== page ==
Corps Marchal of the FRSC, Mr. Osita Chidoka was shell-shocked. He denied the allegations on fees by the commission, including insinuation that the revenue collected so far from the scheme went directly to the commission's coffers. Instead, he said the revenue was in the vaults of the respective state governments where the licences were issued.

There is no doubt that the new drivers' and vehicle number plate were destined to be controversial, right from the outset, the importance of the scheme, notwithstanding. The dust it generated in the senate is not all that surprising. Some innovations are hard to accept, especially in a country like Nigeria where people are used to doing things and getting them the easy way, and sometimes through the backdoor. However, does that justify throwing away the baby with the bathwater? When the scheme was launched last year with fanfare, by President Goodluck Jonathan the FRSC stated that the idea was to conform with road management techniques necessary to restore integrity and reliability to drivers' license and number plates which have been grossly abused.

The FRSC boss also claimed that before now, license racketeers were ripping off the country of N15 bn every year, a situation he said, would stop with the introduction of the scheme by ensuring that all applicants pass through the normal procedures in the procurement of licences. Also, of serious concern is the security benefit, particularly at this time when terrorists are feasting on all conceivable lapses in the country to perpetrate crimes. That much has been in evidence in the country lately, as the radical Islamic sect, Boko Haram has been causing serious security concern.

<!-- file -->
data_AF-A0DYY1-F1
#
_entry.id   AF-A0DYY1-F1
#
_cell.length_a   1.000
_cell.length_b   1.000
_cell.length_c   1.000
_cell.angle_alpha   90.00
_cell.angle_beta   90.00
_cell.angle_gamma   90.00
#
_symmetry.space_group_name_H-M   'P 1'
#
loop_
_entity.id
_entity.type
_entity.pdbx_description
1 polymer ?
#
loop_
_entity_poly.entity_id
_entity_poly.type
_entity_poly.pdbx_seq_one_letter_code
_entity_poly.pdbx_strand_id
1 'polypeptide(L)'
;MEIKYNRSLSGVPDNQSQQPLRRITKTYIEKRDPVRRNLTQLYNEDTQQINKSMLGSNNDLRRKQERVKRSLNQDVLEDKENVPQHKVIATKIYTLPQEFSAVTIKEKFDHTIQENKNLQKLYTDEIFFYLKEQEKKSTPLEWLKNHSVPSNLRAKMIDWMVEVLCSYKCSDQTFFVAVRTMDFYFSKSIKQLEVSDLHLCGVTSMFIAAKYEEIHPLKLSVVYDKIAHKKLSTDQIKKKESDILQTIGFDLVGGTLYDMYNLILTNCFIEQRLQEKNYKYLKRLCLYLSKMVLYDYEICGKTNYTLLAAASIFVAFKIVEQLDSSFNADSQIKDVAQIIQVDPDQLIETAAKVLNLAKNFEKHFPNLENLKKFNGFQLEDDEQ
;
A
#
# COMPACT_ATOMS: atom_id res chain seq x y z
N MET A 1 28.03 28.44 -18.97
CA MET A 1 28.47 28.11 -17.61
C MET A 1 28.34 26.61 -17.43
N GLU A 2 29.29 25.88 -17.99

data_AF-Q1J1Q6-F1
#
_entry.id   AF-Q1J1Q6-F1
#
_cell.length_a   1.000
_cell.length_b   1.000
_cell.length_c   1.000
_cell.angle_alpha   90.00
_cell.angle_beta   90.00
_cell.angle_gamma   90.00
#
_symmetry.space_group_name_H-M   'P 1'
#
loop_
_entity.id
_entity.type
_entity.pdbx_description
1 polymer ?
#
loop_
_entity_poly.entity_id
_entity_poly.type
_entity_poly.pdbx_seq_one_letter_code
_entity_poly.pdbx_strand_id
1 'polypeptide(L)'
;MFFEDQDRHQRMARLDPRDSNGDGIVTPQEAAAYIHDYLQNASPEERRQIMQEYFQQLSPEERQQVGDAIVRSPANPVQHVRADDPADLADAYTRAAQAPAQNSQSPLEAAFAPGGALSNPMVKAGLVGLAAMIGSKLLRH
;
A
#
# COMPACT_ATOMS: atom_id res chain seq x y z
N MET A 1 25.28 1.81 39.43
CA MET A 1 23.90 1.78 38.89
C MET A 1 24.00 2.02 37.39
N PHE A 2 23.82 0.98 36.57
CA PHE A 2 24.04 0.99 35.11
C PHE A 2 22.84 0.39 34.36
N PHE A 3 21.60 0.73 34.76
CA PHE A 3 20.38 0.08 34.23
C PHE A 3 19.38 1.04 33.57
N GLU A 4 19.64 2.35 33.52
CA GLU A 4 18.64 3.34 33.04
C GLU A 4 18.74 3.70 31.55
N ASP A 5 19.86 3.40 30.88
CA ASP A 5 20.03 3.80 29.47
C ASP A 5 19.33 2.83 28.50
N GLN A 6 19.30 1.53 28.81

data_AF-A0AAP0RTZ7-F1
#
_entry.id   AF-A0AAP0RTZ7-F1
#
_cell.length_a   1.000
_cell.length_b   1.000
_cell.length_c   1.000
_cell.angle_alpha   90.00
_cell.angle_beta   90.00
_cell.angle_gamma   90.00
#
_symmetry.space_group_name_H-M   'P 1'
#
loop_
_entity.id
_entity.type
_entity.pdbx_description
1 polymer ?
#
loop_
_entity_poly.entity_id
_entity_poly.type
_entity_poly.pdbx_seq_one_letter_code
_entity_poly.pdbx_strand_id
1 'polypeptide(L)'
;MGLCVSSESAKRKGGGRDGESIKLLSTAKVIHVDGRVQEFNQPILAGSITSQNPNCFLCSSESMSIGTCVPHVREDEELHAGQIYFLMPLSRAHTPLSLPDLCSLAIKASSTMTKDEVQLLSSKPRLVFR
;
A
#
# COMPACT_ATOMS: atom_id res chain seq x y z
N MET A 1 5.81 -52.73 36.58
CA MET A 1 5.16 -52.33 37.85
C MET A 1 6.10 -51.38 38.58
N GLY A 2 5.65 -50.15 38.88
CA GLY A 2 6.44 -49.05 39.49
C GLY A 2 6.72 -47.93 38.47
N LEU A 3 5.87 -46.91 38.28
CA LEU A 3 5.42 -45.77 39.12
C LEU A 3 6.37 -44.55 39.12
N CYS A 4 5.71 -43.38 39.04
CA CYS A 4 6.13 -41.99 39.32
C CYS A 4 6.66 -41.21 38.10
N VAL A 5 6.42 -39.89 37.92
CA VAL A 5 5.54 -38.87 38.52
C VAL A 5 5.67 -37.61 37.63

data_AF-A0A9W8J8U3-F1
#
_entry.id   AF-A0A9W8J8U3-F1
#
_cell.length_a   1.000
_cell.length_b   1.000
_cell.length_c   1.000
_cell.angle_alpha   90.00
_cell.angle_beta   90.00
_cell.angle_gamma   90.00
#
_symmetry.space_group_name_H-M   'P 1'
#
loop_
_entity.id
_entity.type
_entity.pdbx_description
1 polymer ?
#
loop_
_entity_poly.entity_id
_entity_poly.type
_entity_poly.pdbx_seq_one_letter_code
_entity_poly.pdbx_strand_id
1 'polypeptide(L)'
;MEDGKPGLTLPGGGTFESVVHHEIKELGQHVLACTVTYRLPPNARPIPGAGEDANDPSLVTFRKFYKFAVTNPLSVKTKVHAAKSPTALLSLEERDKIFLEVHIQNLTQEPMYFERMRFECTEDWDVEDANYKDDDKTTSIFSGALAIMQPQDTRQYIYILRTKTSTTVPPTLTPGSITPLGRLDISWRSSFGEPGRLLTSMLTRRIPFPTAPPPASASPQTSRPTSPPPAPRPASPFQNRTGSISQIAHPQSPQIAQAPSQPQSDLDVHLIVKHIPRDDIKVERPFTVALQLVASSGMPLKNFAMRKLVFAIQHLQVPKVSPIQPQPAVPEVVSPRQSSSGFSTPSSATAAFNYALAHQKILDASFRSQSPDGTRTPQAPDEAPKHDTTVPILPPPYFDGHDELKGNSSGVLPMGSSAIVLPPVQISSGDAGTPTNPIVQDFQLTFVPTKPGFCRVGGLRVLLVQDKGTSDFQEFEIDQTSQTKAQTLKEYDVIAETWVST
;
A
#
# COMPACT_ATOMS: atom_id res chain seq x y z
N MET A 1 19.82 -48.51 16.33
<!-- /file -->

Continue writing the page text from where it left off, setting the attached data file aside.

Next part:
There have been mixed reactions since the suspension order. Some agree that the fact that the scheme could help check the criminal tendencies supercede other things else. The FRSC said soon after the senate decision that it is yet to be communicated on the full implication of the suspension of the order. According to Chidoka once that was made, government would respond appropriately. He maintains that the scheme will unify existing modes of licensing and registration nationwide, reiterating a recent test - run of the new system which he claimed has enabled the commission to identify vehicles used for the bombings last year near Eagles Square in Abuja, during the Independence anniversary celebrations.

But, the real issue in the stoppage of the scheme might not have had anything to do with the benefits of the scheme. It is the cost implication and the multiplier effect on the average vehicle owner. The fees for procuring the licences considered too exorbitant. That seems to have given the FRSC a bad name as using the scheme as a an avenue to rake in money, albeit, illegally.

There is no doubt that the scheme is a noble idea. It is also not out of place to input prejudice in the decision of the lawmakers. However, shooting it down as both houses have done appears rather too hasty, perhaps, in bad faith. All things considered, despite the burden that the new scheme places on vehicle owners in the country, the question remains: wouldn't it have been better to ask the FRSC to put its house in order and thereafter proceed with the scheme?